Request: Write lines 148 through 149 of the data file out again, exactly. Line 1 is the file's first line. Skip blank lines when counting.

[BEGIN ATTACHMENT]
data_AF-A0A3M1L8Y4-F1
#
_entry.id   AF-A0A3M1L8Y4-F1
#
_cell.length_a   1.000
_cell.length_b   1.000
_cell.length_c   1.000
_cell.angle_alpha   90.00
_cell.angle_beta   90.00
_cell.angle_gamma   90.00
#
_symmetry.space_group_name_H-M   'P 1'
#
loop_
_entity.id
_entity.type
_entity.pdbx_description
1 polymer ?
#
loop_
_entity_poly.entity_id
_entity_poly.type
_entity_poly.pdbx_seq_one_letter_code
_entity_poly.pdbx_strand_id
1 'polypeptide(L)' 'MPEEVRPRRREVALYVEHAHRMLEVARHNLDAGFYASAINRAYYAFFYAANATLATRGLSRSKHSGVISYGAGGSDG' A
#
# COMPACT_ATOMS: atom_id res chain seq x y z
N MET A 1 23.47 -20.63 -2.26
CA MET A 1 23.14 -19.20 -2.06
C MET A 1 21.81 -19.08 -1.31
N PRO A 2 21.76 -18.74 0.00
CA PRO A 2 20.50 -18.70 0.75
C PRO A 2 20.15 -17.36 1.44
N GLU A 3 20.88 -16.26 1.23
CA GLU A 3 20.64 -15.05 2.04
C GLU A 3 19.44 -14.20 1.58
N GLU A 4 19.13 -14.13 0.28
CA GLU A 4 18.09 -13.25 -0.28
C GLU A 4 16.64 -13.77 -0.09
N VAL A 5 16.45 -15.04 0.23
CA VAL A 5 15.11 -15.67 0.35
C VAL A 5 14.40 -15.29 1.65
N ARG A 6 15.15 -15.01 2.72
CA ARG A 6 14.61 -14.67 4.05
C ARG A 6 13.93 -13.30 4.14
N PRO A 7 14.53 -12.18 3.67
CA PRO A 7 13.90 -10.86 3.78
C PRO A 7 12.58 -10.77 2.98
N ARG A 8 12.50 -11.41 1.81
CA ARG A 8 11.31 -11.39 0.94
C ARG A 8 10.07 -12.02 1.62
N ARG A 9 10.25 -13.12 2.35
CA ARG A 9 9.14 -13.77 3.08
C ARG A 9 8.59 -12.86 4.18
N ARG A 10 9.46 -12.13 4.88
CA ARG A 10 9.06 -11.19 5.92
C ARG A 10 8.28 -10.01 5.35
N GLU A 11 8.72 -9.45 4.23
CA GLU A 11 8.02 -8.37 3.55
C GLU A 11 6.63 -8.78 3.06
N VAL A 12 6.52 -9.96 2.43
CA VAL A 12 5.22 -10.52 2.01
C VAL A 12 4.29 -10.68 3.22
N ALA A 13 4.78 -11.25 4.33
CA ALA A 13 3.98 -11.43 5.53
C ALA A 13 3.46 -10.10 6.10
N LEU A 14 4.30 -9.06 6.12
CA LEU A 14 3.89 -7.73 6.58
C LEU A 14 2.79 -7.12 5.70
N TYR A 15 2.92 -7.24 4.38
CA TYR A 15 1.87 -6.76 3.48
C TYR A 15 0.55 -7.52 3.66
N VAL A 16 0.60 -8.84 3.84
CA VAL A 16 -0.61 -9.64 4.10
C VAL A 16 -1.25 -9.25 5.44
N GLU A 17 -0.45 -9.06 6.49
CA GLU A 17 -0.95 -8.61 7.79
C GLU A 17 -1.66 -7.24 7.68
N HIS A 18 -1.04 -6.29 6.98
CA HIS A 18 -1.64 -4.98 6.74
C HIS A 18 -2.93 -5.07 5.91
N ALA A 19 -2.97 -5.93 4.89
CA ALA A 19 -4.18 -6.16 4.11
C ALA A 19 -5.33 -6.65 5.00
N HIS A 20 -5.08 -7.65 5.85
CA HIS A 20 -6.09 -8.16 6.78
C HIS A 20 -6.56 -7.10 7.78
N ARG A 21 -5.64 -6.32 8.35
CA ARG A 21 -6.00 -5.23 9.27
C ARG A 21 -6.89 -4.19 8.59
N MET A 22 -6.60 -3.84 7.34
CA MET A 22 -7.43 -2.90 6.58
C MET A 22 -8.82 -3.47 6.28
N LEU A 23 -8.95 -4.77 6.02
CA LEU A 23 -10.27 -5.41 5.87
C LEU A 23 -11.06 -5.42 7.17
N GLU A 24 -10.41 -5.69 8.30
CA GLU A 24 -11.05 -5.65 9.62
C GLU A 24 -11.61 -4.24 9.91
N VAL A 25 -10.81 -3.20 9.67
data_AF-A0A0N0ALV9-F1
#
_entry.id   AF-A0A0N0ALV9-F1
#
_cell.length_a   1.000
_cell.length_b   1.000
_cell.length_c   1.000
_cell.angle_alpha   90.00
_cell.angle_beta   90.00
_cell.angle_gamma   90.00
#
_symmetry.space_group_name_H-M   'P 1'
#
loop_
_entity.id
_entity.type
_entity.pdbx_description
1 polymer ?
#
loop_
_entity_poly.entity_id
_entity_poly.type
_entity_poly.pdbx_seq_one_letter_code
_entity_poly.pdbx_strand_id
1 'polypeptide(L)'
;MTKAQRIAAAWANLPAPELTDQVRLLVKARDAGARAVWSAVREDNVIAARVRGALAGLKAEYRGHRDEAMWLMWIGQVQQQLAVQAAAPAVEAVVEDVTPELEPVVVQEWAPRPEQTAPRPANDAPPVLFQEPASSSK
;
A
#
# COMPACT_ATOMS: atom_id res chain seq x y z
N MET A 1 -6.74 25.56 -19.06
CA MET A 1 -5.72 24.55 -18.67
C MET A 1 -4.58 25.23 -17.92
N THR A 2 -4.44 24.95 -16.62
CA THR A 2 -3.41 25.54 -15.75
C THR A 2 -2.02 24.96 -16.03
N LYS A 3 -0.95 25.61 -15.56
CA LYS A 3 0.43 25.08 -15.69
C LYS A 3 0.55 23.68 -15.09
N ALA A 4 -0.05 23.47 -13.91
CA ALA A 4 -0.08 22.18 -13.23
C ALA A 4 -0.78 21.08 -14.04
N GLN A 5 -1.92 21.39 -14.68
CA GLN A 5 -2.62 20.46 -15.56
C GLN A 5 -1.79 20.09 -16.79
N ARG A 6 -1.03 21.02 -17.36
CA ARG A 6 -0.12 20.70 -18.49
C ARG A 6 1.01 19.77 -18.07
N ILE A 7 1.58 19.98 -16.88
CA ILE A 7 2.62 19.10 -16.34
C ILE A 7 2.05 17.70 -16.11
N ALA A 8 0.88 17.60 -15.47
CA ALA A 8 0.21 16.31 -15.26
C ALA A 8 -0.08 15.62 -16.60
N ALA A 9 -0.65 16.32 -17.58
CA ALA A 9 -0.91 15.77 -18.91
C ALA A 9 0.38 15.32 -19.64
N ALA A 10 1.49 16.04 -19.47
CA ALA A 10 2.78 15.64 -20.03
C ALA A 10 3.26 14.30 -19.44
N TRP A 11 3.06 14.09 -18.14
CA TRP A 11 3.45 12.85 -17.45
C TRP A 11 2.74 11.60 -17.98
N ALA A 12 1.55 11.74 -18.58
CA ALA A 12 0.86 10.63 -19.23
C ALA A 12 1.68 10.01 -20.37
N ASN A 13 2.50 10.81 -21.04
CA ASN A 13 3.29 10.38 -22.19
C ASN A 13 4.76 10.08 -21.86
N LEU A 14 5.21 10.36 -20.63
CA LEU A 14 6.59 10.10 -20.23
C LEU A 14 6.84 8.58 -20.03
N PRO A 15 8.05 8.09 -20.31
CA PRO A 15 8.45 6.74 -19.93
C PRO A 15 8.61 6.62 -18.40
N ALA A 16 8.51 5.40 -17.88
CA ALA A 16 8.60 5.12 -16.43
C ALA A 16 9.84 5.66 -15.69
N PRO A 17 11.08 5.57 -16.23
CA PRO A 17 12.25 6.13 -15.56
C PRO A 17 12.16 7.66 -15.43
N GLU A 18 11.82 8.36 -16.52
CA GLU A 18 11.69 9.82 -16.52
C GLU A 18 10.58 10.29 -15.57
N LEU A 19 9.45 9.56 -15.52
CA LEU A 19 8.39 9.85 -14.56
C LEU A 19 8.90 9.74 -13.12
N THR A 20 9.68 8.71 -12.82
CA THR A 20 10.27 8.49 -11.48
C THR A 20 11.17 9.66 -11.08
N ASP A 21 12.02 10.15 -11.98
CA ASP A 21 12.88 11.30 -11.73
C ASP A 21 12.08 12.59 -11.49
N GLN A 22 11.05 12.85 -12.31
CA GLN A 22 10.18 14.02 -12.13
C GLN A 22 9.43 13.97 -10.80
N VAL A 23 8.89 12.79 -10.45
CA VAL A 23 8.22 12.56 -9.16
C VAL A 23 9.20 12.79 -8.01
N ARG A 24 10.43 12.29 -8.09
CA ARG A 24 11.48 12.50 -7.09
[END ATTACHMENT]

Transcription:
C ARG A 6 1.01 19.77 -18.07
N ILE A 7 1.58 19.98 -16.88